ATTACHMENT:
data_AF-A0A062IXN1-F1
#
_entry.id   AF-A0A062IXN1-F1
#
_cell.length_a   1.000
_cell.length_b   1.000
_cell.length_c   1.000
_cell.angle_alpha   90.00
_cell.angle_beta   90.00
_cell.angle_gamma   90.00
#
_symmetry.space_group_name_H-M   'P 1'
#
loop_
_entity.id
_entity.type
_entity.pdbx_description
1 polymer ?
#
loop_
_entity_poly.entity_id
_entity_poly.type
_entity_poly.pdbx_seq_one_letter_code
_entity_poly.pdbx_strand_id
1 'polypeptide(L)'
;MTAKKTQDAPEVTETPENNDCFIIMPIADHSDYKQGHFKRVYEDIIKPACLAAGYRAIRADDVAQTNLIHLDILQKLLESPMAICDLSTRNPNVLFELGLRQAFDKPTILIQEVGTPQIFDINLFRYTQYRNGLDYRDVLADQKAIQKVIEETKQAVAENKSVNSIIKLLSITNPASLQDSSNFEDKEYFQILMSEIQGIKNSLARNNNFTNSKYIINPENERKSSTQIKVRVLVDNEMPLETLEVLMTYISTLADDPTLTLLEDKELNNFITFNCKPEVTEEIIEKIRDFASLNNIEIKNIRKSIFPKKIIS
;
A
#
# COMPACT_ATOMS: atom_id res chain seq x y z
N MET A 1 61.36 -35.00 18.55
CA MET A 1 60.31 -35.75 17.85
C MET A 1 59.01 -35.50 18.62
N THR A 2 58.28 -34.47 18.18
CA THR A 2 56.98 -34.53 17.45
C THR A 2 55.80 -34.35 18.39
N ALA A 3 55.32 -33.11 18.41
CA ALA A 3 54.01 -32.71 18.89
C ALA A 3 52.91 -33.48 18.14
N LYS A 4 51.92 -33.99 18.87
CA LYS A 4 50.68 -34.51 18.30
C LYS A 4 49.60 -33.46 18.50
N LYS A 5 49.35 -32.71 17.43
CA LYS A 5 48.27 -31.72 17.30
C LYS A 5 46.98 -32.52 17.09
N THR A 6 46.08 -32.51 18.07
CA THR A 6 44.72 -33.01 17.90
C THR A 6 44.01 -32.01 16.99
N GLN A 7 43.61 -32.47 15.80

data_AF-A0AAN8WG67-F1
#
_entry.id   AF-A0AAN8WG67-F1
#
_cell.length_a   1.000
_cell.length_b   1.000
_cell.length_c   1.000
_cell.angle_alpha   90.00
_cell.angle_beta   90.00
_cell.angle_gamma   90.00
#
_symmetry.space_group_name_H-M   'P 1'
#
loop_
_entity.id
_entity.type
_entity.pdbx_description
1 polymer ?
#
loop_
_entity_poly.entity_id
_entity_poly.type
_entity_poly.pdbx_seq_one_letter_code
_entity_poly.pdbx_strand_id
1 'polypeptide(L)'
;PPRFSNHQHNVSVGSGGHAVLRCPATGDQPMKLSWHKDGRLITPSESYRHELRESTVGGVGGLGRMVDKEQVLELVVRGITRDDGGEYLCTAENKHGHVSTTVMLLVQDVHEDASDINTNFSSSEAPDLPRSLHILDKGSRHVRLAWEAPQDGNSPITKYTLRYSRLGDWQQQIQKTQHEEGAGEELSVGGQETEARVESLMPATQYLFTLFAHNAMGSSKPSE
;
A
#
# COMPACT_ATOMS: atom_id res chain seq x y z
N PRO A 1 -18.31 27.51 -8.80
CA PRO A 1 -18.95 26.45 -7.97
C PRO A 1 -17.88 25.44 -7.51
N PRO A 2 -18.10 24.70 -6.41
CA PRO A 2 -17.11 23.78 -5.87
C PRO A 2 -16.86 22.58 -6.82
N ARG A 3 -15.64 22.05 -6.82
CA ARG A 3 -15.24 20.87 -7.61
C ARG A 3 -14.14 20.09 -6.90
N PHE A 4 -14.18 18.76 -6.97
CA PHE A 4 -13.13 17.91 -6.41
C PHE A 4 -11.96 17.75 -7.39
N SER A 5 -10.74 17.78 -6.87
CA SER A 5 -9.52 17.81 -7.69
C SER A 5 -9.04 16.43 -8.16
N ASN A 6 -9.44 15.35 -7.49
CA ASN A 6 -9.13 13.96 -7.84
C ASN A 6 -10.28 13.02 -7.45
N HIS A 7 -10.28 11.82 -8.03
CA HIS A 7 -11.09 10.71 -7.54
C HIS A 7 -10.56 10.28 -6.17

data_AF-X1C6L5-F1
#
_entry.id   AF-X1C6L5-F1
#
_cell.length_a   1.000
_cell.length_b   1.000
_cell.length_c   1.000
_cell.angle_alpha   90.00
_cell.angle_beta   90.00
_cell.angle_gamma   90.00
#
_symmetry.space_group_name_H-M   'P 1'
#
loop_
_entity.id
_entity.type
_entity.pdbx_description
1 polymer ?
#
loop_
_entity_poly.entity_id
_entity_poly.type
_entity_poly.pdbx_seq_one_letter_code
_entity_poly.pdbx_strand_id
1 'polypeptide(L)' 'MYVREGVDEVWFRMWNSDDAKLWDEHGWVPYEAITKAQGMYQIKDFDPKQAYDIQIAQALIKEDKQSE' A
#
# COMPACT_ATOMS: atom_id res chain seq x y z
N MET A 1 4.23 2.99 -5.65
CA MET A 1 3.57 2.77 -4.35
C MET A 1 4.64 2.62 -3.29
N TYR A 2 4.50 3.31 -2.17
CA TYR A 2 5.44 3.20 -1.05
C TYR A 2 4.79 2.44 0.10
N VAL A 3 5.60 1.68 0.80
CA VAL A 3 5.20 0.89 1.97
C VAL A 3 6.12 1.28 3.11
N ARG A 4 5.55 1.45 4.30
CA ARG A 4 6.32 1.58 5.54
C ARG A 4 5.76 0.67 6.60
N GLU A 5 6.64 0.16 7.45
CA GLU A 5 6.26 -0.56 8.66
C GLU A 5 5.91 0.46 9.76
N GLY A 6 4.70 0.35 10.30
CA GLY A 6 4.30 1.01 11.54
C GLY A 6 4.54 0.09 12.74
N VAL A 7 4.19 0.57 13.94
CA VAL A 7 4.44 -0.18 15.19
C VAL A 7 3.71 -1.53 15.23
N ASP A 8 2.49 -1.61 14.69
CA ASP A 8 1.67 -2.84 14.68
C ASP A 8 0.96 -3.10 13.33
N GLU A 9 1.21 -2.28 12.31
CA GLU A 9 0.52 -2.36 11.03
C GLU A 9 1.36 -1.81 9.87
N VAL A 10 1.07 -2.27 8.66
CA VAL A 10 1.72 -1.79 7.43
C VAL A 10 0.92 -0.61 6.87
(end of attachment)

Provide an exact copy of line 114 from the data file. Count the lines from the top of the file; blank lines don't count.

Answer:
loop_